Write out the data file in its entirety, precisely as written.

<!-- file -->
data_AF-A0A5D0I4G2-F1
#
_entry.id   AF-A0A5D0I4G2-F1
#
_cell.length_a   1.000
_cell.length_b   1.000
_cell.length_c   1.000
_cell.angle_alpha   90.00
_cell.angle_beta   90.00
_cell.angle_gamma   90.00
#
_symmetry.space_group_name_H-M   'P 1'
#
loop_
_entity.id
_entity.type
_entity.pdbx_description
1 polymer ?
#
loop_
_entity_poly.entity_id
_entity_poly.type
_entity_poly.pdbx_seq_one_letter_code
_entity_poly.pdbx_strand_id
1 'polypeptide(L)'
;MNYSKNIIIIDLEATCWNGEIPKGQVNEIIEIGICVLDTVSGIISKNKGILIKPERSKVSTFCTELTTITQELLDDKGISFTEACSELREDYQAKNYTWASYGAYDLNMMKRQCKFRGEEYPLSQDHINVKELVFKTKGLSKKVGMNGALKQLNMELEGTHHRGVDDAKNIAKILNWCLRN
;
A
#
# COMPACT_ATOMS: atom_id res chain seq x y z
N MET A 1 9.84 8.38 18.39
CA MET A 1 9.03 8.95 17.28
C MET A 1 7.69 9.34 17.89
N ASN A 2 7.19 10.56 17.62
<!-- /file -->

data_AF-A0A5D0I4G2-F1
#
_entry.id   AF-A0A5D0I4G2-F1
#
_cell.length_a   1.000
_cell.length_b   1.000
_cell.length_c   1.000
_cell.angle_alpha   90.00
_cell.angle_beta   90.00
_cell.angle_gamma   90.00
#
_symmetry.space_group_name_H-M   'P 1'
#
loop_
_entity.id
_entity.type
_entity.pdbx_description
1 polymer ?
#
loop_
_entity_poly.entity_id
_entity_poly.type
_entity_poly.pdbx_seq_one_letter_code
_entity_poly.pdbx_strand_id
1 'polypeptide(L)'
;MNYSKNIIIIDLEATCWNGEIPKGQVNEIIEIGICVLDTVSGIISKNKGILIKPERSKVSTFCTELTTITQELLDDKGISFTEACSELREDYQAKNYTWASYGAYDLNMMKRQCKFRGEEYPLSQDHINVKELVFKTKGLSKKVGMNGALKQLNMELEGTHHRGVDDAKNIAKILNWCLRN
;
A
#
# COMPACT_ATOMS: atom_id res chain seq x y z
N MET A 1 9.84 8.38 18.39
CA MET A 1 9.03 8.95 17.28
C MET A 1 7.69 9.34 17.89
N ASN A 2 7.19 10.56 17.62